Shares of Tesla Motors shot up to a record high Monday after China's finance ministry announced higher than expected subsidies for electric cars bought there.
Shares of Tesla shot up as high as $196, before easing off those highs later in the day. That topped the previous record set Sept. 30 Shares of Chinese electric carmaker BYD, in which Warren Buffett's Berkshire Hathaway has taken a stake, were also higher in trading in China and the United States.
Tesla's stock had fallen off its previous high by as much as 40% in late November, following reports of some Tesla Model S' having fires when involved in accidents.
No one was hurt in those accidents. Tesla CEO Elon Musk has argued that fires are far less common in Teslas than in the traditional gasoline powered cars.
Shares have been climbing steadily since late November, helped by a company announcement a month ago that 2013 Model S sales were greater than forecasts.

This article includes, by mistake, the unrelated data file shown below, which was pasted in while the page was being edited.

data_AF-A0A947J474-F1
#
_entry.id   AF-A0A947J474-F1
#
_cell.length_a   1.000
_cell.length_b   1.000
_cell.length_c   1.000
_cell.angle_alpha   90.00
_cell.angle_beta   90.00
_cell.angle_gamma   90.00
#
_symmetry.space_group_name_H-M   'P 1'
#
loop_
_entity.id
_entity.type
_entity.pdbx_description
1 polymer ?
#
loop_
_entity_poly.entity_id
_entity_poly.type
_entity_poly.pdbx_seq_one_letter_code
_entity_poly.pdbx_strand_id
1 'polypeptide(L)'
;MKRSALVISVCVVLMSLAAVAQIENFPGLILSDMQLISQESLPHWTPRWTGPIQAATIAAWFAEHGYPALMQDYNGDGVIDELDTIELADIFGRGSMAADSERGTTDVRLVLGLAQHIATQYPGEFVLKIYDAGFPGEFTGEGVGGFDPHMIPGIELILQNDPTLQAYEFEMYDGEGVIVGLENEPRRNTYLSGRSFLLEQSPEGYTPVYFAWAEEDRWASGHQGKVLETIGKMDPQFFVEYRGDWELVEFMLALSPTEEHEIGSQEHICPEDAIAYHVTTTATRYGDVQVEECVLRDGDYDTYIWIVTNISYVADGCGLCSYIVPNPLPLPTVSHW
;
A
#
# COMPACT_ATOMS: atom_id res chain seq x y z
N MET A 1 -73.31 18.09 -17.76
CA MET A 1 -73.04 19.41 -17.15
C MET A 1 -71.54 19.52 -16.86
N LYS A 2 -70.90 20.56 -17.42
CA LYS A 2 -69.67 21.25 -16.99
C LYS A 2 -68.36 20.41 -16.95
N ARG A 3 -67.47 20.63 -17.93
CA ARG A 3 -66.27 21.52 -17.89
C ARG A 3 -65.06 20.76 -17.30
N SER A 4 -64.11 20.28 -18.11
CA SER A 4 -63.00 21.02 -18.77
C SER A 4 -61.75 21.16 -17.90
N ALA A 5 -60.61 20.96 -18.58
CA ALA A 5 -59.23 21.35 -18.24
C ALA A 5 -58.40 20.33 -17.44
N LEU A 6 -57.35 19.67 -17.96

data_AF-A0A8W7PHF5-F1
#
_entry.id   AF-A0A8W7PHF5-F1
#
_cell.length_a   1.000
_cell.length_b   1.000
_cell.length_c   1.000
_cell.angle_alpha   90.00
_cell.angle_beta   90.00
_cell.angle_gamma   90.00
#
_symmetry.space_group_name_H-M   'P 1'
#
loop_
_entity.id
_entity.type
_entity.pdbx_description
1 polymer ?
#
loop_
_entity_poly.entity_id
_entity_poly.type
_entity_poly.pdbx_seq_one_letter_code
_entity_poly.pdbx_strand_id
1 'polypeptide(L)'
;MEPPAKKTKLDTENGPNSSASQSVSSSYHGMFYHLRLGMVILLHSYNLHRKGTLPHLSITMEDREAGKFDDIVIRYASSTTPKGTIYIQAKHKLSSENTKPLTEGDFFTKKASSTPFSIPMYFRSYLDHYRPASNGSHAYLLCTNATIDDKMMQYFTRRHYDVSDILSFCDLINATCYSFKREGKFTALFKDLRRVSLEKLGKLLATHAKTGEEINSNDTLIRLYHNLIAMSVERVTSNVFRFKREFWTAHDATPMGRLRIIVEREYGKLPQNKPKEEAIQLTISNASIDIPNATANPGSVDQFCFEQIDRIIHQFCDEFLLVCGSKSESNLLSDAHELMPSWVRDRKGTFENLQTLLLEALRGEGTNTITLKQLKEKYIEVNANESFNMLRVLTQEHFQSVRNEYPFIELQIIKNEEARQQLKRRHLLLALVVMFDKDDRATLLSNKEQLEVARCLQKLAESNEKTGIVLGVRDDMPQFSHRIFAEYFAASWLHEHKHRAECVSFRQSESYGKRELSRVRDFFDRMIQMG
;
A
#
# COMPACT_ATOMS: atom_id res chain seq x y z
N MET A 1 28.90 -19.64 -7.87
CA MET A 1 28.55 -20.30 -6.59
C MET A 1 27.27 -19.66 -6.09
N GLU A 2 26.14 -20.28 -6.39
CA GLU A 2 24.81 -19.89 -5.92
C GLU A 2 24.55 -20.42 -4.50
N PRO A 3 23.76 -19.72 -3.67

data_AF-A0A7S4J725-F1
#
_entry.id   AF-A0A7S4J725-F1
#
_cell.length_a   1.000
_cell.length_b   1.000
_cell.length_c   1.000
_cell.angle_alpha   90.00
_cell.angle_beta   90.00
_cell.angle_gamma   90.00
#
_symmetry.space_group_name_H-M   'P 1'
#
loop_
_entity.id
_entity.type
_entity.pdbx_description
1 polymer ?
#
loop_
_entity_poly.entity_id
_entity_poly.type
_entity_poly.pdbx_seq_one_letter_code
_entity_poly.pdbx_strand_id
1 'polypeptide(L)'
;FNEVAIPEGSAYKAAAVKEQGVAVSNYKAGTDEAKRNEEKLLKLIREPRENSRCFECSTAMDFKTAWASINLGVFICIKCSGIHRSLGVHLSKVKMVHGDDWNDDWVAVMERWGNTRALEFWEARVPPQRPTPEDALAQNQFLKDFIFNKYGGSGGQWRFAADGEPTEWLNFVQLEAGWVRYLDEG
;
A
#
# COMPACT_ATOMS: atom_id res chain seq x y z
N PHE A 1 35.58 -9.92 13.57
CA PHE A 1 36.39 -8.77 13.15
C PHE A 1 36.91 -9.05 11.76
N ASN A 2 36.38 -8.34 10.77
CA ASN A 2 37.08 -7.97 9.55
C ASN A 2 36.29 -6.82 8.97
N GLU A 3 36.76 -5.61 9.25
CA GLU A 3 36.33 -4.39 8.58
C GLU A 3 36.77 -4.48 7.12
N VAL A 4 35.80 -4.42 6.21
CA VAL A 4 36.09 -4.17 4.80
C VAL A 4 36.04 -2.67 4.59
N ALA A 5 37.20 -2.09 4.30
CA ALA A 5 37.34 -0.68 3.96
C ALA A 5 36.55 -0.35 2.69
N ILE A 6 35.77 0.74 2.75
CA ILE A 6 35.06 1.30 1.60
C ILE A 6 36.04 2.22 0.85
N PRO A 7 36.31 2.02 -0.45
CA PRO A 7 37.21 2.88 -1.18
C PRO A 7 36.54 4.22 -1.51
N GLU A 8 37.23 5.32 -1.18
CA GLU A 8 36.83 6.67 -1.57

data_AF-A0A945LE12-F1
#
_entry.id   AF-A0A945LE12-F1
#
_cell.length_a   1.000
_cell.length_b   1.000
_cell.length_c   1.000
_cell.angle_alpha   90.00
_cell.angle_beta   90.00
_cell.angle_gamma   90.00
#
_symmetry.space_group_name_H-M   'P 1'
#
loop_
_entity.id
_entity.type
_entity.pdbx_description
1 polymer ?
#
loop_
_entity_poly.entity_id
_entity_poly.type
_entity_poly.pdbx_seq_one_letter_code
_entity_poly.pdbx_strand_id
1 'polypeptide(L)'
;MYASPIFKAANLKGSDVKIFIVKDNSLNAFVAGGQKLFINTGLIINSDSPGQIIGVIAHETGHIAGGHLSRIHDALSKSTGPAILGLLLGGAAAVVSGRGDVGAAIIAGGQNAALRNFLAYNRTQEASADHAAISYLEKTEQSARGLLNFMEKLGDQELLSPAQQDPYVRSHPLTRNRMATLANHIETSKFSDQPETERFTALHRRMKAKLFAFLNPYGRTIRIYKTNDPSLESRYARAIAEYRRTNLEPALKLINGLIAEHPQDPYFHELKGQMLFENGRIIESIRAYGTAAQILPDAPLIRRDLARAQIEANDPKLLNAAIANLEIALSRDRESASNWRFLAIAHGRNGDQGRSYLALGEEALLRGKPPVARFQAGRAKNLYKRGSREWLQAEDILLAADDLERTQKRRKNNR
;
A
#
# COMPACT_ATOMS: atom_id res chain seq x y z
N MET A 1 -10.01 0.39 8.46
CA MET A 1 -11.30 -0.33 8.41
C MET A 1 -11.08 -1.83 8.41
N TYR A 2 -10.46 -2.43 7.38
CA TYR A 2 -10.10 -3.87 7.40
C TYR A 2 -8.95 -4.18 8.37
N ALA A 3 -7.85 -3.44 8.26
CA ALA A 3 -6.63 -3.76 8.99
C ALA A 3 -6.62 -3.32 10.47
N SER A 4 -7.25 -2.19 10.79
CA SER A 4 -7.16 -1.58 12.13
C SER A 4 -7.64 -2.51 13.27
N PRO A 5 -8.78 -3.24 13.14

China paid electric car buyers a subsidy of between 35,000 yuan to 60,000 yuan per vehicle in 2013, according to Xinhua, China's news agency. That comes to about $5,780 to about $9,900.
Xinhua reports that the Finance Ministry announced Saturday that those subsidies would be trimmed only 5% in 2014 and 10% in 2015, only half the reduction in subsidy that had previously been announced.
Tesla is just starting to sell vehicles in China, which has become the largest market in the world for car sales.
Tesla is due to report fourth quarter results Feb. 19.
Beyond results, investors will be looking for updates about the upcoming Model X crossover SUV, as well as a time-table for a more modestly-priced mass market car.
Musk told Tesla Model S owners last week that the Model X will have "falcon wing" double hinged doors. He said the Model S will also start offering an all-wheel drive option in 2015, according to a video posted on Green Car Reports Monday.